They need to estimate how little they can pay creators in order to get the work done and turn a maximum profit, or at least put themselves at a minimum of risk. That's why there's a lot of publishers that only offer percentages of sales or royalties. If they expect a book will sell enough to be at least slightly profitable, even with whatever cut the creators get, then the risk of them losing money is relatively slight (as long as they know what they're doing when it comes to estimating sales).

    If we're talking a larger corporation, like your Marvel or D.C., they probably have a fairly good idea of how an issue will sell before it even hits previews. They can go ahead and pay everyone a page rate, because they have a certain expectation of how much return they will see. And, since their sales tend to be quite high, that may well be cheaper than giving the creators a percentage of the profits. Which is back to, how little you can pay in order to get a certain quality of work done, and turn the best profit.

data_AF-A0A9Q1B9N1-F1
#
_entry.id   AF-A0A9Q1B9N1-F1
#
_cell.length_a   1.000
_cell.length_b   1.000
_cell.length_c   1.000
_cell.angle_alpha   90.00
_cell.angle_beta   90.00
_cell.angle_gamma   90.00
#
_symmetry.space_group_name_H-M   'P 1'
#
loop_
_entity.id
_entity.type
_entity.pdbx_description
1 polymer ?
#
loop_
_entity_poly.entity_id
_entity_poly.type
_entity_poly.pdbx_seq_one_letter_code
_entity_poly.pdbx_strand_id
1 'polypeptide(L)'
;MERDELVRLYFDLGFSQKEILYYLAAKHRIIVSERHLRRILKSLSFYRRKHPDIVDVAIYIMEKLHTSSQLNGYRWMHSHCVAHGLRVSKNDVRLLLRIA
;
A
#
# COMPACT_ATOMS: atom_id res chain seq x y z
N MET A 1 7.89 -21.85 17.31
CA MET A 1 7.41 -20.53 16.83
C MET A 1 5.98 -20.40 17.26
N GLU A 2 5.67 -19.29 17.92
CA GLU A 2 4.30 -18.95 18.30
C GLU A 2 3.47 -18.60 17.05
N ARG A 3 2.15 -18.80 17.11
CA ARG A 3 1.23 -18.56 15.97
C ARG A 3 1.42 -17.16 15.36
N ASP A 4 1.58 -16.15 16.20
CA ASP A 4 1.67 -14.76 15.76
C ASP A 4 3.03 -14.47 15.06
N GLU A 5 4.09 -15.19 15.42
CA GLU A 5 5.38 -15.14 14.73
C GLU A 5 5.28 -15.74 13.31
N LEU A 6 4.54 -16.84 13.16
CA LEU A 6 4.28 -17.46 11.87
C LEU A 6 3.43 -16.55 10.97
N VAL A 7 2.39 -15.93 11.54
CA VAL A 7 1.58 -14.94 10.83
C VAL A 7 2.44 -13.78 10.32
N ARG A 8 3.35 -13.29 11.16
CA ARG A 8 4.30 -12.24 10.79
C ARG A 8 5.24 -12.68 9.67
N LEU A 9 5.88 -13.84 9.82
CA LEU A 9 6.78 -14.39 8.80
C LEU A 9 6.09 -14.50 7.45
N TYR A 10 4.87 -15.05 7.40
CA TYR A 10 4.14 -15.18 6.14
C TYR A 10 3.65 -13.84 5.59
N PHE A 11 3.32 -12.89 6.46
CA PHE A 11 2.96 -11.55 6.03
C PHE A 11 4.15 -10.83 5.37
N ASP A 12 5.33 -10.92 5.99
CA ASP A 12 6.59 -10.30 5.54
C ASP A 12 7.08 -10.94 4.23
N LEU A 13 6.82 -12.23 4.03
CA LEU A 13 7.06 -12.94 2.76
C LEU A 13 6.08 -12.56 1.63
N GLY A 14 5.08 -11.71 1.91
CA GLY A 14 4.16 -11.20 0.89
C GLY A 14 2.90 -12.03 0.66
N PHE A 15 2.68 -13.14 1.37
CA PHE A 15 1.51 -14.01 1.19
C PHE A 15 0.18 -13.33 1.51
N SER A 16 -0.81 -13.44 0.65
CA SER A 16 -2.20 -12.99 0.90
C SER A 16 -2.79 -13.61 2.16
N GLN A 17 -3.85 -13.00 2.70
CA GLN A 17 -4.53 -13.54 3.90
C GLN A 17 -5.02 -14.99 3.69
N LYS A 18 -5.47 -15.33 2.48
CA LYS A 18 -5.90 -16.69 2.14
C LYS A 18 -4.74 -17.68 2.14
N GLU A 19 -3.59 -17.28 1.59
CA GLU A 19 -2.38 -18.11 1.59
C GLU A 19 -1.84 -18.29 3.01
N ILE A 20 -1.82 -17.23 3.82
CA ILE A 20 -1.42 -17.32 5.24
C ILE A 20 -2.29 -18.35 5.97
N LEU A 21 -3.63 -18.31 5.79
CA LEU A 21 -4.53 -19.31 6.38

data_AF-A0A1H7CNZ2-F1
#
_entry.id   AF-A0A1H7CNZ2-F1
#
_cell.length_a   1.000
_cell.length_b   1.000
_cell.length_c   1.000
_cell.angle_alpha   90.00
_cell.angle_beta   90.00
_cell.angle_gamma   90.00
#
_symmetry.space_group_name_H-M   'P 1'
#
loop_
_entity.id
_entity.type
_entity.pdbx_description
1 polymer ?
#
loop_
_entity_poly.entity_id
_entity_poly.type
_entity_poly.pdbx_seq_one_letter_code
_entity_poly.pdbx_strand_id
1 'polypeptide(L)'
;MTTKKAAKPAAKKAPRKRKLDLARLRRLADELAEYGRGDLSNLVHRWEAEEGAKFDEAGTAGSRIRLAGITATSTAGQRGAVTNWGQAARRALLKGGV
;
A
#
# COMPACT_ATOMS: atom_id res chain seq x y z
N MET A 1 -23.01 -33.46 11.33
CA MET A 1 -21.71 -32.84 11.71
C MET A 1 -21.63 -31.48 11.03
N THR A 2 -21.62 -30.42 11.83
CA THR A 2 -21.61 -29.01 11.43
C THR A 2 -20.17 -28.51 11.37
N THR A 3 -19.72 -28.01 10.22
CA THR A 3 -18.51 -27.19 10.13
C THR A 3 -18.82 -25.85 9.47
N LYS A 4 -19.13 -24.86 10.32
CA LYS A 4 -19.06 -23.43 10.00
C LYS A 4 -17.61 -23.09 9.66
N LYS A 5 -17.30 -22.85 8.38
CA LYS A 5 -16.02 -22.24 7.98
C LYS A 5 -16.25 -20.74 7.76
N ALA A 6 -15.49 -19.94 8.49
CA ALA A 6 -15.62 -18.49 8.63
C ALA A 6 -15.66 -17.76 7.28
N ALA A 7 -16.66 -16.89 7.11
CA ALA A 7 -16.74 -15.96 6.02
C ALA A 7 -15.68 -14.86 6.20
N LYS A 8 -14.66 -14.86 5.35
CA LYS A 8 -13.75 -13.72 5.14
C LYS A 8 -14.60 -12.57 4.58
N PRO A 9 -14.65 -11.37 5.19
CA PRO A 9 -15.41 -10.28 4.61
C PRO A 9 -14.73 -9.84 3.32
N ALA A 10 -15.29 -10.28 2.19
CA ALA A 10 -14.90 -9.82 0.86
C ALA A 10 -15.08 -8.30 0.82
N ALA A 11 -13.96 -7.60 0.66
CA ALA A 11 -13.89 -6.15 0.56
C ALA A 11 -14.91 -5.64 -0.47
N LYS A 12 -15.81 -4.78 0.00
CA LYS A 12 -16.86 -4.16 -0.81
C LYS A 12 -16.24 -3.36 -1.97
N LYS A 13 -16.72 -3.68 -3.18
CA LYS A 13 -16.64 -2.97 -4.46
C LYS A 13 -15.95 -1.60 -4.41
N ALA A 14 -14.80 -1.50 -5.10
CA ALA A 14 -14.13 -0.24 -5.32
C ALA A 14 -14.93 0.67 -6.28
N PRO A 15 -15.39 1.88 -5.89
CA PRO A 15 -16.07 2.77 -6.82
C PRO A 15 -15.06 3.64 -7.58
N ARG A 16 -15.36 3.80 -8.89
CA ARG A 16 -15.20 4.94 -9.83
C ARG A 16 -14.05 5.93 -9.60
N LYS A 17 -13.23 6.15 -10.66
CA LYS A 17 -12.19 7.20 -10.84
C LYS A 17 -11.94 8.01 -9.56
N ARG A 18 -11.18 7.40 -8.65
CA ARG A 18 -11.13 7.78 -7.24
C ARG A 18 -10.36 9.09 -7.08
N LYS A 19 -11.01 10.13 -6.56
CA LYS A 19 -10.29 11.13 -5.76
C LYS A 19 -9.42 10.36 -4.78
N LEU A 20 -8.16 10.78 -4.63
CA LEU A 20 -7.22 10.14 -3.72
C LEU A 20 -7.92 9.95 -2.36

Harry gets the gold star for today, because that's exactly correct.

    They ask themselves variations on this: "How much do I have to pay creators, on top of all the other expenses, to make the profit I hope to?"

    Now, what are the creator variables, the ones that DIRECTLY RELATE TO HOW MUCH PROFIT THEIR WORK CAN ADD TO A PROJECT? (I like all-caps for making sure the qualifications aren't lost.)

    --Lee



  6. RonaldMontgomery Guest

    1. Name recognition/existing fanbase.

    2. Quality of work on the current project.



  7. WilliamStormeSmith Guest

    1. Originality of the concept.



  8. LeeNordling Guest